Collaboration and Connections: Postprints of the AICCM Paper, Books and Photographic Materials Special Interest Group Symposium, Sydney 1-3 April 2004, pp. 141-150
The National Gallery of Australia has a small but significant collection of Aboriginal drawings from the 19th century, the majority being by Tommy McRae. The works are drawn in a variety of inks, including iron gall ink, with some exhibiting signs of advanced deterioration. Due to their cultural significance and rarity, the drawings are in constant demand for loan and display. A number of factors have been restricting this access – the nature of the works, their fragility and the fact that some are bound in sketchbooks. The complexities of the collection are compounded by confusion over the loose and bound components, exacerbated by a significant number of interleaving sheets showing phantom images of works, not in the collection.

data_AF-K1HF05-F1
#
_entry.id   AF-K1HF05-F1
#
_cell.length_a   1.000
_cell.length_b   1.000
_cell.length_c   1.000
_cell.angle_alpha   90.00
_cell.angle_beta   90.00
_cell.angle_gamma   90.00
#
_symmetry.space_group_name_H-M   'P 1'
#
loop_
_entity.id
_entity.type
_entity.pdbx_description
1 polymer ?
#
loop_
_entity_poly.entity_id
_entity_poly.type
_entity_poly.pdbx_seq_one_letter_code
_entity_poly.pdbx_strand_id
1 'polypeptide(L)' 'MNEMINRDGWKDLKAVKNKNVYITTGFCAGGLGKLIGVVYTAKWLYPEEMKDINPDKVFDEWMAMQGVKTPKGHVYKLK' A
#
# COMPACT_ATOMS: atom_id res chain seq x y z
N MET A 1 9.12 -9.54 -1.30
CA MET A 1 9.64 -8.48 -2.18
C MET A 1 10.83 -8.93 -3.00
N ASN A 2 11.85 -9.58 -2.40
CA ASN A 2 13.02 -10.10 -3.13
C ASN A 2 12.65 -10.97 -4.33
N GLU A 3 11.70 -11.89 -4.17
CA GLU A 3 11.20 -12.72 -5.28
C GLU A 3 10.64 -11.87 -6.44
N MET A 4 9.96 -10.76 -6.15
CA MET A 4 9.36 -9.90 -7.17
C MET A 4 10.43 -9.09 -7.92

The project involved close consultation with the Curatorial Department. An approach was developed to allow increased access without compromising the integrity of the works. Establishing the original format of each sketchbook was of primary concern to this research and would allow facsimile sketchbooks to be constructed as part of this approach to access. Conservation treatment was aimed at repairing and strengthening the drawings and investigating methods to arrest degradation.
This paper provides an overview of the collection and its associated problems, with particular reference to the issue of access. Results of materials and techniques analysed, undertaken in collaboration with the University of Canberra, will be presented, highlighting the implications for display.